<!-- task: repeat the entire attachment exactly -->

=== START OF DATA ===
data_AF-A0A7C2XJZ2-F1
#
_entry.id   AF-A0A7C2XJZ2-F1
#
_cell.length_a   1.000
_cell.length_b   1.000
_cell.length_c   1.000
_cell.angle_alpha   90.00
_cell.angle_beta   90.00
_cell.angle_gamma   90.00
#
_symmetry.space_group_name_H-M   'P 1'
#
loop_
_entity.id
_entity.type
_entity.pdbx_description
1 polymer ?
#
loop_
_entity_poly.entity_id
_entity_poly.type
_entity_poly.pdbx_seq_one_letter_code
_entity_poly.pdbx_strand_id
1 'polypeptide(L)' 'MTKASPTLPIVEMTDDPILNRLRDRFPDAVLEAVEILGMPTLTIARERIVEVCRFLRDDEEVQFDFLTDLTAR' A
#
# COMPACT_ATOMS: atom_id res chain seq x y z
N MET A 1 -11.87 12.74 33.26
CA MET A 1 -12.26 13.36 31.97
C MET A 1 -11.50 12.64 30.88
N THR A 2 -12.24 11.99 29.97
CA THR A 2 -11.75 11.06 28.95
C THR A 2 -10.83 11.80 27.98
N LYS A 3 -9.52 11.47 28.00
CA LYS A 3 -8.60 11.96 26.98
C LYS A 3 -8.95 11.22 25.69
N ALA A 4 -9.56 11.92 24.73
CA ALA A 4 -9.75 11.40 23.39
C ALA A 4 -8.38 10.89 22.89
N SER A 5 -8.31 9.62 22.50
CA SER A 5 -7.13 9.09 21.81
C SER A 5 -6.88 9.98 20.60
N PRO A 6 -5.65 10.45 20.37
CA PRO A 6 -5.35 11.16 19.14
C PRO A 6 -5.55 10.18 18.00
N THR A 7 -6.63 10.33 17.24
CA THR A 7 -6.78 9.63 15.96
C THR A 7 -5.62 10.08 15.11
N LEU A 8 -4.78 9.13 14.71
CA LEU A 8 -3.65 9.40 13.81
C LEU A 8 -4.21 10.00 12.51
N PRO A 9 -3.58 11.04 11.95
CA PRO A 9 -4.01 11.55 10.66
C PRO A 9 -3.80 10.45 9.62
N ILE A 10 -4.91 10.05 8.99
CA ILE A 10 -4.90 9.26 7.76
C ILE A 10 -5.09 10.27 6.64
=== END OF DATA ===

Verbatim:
data_AF-A0A7C2XJZ2-F1
#
_entry.id   AF-A0A7C2XJZ2-F1
#
_cell.length_a   1.000
_cell.length_b   1.000
_cell.length_c   1.000
_cell.angle_alpha   90.00
_cell.angle_beta   90.00
_cell.angle_gamma   90.00
#
_symmetry.space_group_name_H-M   'P 1'
#
loop_
_entity.id
_entity.type
_entity.pdbx_description
1 polymer ?
#
loop_
_entity_poly.entity_id
_entity_poly.type
_entity_poly.pdbx_seq_one_letter_code
_entity_poly.pdbx_strand_id
1 'polypeptide(L)' 'MTKASPTLPIVEMTDDPILNRLRDRFPDAVLEAVEILGMPTLTIARERIVEVCRFLRDDEEVQFDFLTDLTAR' A
#
# COMPACT_ATOMS: atom_id res chain seq x y z
N MET A 1 -11.87 12.74 33.26
CA MET A 1 -12.26 13.36 31.97
C MET A 1 -11.50 12.64 30.88
N THR A 2 -12.24 11.99 29.97
CA THR A 2 -11.75 11.06 28.95
C THR A 2 -10.83 11.80 27.98
N LYS A 3 -9.52 11.47 28.00
CA LYS A 3 -8.60 11.96 26.98
C LYS A 3 -8.95 11.22 25.69
N ALA A 4 -9.56 11.92 24.73
CA ALA A 4 -9.75 11.40 23.39
C ALA A 4 -8.38 10.89 22.89
N SER A 5 -8.31 9.62 22.50
CA SER A 5 -7.13 9.09 21.81
C SER A 5 -6.88 9.98 20.60
N PRO A 6 -5.65 10.45 20.37
CA PRO A 6 -5.35 11.16 19.14
C PRO A 6 -5.55 10.18 18.00
N THR A 7 -6.63 10.33 17.24
CA THR A 7 -6.78 9.63 15.96
C THR A 7 -5.62 10.08 15.11
N LEU A 8 -4.78 9.13 14.71
CA LEU A 8 -3.65 9.40 13.81
C LEU A 8 -4.21 10.00 12.51
N PRO A 9 -3.58 11.04 11.95
CA PRO A 9 -4.01 11.55 10.66
C PRO A 9 -3.80 10.45 9.62
N ILE A 10 -4.91 10.05 8.99
CA ILE A 10 -4.90 9.26 7.76
C ILE A 10 -5.09 10.27 6.64